When you decide to start investing in the stock market, you have to somehow actually pay for the stocks you buy. Most brokerage firms offer investors several different types of accounts, each serving a different purpose. Three of the most common types in the following sections.

The basic difference boils down to how particular brokers view your “creditworthiness” when it comes to buying and selling securities. If your credit isn’t great, your only choice is a cash account. If your credit is good, you can open either a cash account or a margin account. Once you qualify for a margin account, you can (with additional approval) upgrade it to do options trades. To open an account, you have to fill out an application and submit a check or money order for at least the minimum amount required to establish an account.

Cash accounts

A cash account means just what you think it means. You must deposit a sum of money along with the new account application to begin trading. The amount of your initial deposit varies from broker to broker. Some brokers have a minimum of $10,000, while others let you open an account for as little as $500. Once in a while you may see a broker offering cash accounts with no minimum deposit, usually as part of a promotion. Qualifying for a cash account is usually easy as long as you have cash and a pulse.

With a cash account, your money has to be deposited in the account before the closing (or settlement) date for any trade you make. The closing occurs three business days after the date you make the trade (the date of execution). You may be required to have the money in the account even before the date of execution. In other words, if you call your broker on Monday, October 10, and order 50 shares of CashLess Corp. at $20 per share, then on Thursday, October 13, you better have $1,000 in cash sitting in your account (plus commission).Otherwise, the purchase doesn’t go through.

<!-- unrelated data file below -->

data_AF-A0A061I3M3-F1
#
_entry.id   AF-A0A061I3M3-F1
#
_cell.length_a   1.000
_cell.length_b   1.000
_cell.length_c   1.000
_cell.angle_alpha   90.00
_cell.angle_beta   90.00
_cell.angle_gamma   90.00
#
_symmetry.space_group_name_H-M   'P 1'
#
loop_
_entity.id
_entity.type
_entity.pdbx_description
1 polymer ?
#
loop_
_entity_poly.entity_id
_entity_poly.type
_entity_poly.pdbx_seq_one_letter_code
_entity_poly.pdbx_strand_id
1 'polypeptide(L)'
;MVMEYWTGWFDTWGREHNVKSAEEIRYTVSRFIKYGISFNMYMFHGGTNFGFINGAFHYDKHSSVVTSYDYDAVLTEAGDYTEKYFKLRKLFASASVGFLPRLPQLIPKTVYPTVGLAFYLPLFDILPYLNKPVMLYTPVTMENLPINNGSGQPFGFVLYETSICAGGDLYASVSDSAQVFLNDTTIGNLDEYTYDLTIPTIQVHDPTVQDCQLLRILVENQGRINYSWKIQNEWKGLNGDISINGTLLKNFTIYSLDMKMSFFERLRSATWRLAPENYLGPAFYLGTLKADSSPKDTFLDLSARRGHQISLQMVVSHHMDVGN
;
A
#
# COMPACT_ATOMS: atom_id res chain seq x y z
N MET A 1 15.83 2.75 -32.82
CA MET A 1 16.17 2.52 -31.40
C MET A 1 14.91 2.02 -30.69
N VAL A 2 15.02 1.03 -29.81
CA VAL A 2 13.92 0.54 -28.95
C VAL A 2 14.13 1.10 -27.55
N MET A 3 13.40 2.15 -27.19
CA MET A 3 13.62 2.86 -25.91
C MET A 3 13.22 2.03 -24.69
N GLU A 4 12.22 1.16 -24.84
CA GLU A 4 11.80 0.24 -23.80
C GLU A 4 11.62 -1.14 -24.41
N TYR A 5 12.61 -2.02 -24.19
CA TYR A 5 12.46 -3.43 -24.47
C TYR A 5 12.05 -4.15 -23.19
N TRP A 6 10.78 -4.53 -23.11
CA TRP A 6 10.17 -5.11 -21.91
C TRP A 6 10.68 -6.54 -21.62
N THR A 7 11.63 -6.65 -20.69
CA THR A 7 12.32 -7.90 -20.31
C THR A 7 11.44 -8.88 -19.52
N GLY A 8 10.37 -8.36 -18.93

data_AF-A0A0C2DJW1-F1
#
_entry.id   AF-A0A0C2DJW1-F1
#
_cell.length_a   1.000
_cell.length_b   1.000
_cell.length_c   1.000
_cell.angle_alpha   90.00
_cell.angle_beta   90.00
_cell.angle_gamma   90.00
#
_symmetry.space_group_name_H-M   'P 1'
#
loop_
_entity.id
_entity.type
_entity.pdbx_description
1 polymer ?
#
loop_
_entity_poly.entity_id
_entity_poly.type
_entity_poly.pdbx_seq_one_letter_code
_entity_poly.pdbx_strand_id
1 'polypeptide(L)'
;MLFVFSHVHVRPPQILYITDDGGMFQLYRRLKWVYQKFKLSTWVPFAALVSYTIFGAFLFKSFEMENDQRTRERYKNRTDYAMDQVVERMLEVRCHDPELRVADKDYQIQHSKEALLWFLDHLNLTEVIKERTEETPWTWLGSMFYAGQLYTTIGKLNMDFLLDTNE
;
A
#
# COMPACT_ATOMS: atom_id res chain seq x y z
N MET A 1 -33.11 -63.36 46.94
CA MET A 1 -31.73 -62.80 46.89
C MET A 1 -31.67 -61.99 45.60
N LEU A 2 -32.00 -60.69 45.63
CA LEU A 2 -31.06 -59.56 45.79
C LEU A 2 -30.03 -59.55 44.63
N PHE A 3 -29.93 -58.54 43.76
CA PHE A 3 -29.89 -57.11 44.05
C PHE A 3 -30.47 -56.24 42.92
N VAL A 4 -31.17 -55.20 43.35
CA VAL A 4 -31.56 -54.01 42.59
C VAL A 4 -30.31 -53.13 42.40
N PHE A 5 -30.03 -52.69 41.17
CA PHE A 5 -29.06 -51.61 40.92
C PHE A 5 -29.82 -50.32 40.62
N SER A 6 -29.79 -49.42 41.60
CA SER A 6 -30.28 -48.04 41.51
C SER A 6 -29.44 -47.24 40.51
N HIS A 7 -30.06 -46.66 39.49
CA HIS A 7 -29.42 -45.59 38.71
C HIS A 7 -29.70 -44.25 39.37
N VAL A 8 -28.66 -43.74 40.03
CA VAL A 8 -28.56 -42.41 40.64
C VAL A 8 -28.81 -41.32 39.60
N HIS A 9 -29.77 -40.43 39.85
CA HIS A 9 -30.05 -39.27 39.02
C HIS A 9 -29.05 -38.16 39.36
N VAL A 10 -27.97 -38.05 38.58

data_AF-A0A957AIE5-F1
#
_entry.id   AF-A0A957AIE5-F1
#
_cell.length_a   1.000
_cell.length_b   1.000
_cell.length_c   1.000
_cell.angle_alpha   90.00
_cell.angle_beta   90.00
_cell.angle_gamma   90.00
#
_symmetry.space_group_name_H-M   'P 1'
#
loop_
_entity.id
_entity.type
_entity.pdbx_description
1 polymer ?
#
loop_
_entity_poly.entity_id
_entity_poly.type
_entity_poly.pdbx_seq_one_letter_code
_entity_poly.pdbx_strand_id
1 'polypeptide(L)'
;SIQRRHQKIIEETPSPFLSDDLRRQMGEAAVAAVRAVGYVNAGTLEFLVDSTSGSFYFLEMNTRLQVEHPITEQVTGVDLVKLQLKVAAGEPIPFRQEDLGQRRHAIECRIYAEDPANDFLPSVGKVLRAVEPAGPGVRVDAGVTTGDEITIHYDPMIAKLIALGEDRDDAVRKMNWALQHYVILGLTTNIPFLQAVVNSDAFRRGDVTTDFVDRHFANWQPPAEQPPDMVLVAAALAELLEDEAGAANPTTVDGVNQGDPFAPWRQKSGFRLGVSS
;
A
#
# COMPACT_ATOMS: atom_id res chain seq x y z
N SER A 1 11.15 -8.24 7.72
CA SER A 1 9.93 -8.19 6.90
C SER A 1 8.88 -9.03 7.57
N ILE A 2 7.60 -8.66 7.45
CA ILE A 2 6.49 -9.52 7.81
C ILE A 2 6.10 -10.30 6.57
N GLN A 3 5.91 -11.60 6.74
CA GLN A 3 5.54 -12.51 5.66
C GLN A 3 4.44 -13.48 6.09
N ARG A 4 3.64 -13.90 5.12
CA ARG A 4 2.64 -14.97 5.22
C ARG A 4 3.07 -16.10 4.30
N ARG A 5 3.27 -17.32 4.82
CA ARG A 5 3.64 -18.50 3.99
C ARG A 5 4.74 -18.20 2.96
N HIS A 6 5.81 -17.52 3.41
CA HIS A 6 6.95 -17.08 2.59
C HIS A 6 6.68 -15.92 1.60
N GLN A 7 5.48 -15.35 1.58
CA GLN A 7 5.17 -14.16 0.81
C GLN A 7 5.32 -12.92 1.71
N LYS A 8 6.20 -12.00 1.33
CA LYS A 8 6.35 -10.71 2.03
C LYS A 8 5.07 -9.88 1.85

If you have cash in a brokerage account, see whether the broker will pay you interest on the uninvested cash in it. Some offer a service in which uninvested money earns money market rates and you can even make a choice about whether the venue is a regular money market account or a tax-free municipal money market account.

Margin accounts

A margin account gives you the ability to borrow money against the securities in the account to buy more stock. Because you have the ability to borrow in a margin account, you have to be qualified and approved by the broker. After you’re approved, this newfound credit gives you more leverage so that you can buy more stock or do shortselling.

For stock trading, the margin limit is 50 percent. For example, if you plan to buy $10,000 worth of stock on margin, you need at least $5,000 in cash (or securities owned) sitting in your account. The interest rate that you pay varies depending on the broker, but most brokers generally charge a rate that’s several points higher than their own borrowing rate.

Why use margin? Margin is to stocks what mortgage is to buying real estate. You can buy real estate with all cash, but many times, using borrowed funds makes sense since you may not have enough money to make a 100% cash purchase or you prefer not to pay all cash. With margin, you could, for example, be able to buy $10,000 worth of stock with as little as $5,000. The balance of the stock purchase is acquired using a loan (margin) from the brokerage firm.

Option accounts

An option account gives you all the capabilities of a margin account (which in turn also gives you the capabilities of a cash account) plus the ability to trade options on stocks and stock indexes. To upgrade your margin account to an options account, the broker usually asks you to sign a statement that you’re knowledgeable about options and familiar with the risks associated with them.

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